Ford has launched the first vehicle from its wide-ranging partnership with Volkswagen Group, the new Tourneo Connect small passenger van.
The Tourneo Connect is a version of the new VW Caddy van. It will be built alongside the Caddy at VW's factory in Poznan, Poland.
It comes in two lengths and can seat up to seven people. Deliveries start in spring 2022, Ford said in a statement.
Ford and VW announced an industrial alliance in 2019 for the joint engineering and production of commercial vehicles, as well as other projects such as autonomous cars and an electric car for Ford on VW's MEB platform.
The first Ford-developed vehicle to be revealed under the joint venture will be the next-generation Ranger pickup that is expected be shown later this year. A VW version badged as Amarok will be built by Ford under the partnership.
The companies said in 2020 that they would produce a total of 8 million commercial vehicles together, including pickups and vans.
A Transit Connect commercial version of the Caddy is also planned but is "quite some time away" because the existing Transit Connect built at Ford's plant in Valencia, Spain, is still selling well, a source close to Ford told Automotive News Europe.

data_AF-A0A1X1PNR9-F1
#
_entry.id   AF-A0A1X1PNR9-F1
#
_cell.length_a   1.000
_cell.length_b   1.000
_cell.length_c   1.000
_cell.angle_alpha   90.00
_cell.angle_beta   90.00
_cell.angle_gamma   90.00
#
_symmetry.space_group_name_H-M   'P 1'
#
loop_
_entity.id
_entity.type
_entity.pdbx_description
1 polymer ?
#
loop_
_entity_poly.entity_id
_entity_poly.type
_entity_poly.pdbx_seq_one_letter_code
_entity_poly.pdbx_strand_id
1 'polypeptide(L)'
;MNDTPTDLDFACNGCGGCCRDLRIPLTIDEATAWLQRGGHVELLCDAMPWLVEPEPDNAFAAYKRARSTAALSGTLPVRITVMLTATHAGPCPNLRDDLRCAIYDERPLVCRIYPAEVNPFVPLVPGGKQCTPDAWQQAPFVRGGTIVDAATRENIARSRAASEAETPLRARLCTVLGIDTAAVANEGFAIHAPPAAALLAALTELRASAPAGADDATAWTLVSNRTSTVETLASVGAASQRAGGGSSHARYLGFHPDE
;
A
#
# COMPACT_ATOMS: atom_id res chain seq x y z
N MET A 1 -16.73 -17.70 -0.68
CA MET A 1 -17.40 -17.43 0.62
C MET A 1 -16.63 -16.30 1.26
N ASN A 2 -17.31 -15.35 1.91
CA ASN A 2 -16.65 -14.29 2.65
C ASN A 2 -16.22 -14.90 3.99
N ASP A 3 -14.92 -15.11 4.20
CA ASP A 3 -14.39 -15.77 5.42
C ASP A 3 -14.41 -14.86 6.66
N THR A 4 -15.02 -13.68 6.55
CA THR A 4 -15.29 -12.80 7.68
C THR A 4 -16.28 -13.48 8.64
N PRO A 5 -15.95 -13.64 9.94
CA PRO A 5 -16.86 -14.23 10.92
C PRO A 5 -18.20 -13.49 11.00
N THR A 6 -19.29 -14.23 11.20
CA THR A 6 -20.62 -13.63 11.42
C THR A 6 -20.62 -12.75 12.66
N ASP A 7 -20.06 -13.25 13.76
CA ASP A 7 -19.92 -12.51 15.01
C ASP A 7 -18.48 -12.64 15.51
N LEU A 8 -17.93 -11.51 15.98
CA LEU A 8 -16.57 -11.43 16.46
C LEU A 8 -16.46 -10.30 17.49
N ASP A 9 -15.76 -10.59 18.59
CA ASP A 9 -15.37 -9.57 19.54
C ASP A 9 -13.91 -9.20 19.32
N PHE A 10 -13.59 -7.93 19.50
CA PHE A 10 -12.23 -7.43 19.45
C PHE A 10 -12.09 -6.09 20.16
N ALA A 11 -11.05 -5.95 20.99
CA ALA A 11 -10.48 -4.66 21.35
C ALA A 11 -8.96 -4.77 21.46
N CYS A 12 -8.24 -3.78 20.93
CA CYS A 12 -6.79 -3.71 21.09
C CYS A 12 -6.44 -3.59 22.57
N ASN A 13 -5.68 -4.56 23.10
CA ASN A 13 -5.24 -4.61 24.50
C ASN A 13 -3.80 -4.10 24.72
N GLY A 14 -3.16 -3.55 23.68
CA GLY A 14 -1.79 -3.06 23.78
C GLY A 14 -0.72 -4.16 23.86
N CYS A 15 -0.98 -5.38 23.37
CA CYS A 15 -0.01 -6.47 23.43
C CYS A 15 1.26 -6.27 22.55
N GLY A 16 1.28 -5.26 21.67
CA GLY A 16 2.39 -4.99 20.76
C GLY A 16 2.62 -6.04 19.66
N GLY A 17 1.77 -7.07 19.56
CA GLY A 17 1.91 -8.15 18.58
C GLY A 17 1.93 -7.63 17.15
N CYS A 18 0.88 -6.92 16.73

The Tourneo Connect comes with VW-sourced engines, including a 1.5-liter gasoline and two 2.0-liter diesels. A "zero emissions capable" version will follow later, Ford said.
"Ford's commercial vehicle family of products in Europe will be 100 percent zero-emissions capable, all-electric of plug-in hybrid, by 2024," the company said. So customers can look forward to an electrified Tourneo Connect joining the lineup."
The electrified Tourneo/Transit Connect is expected to be a plug-in hybrid rather than full electric. VW has not announced a full-electric Caddy; that segment is expected to be covered by a production version of the ID Buzz van concept.
European competitors include a trio of Stellantis vans, the Citroen Berlingo, Peugeot Rifter and Opel/Vauxhall Combo; and the Renault Kangoo, all of which have full-electric versions. Fiat, now part of Stellantis, sells the Doblo Combi, which is not electrified. The segment is known as car-derived vans because they are generally built on versions of passenger-car platforms.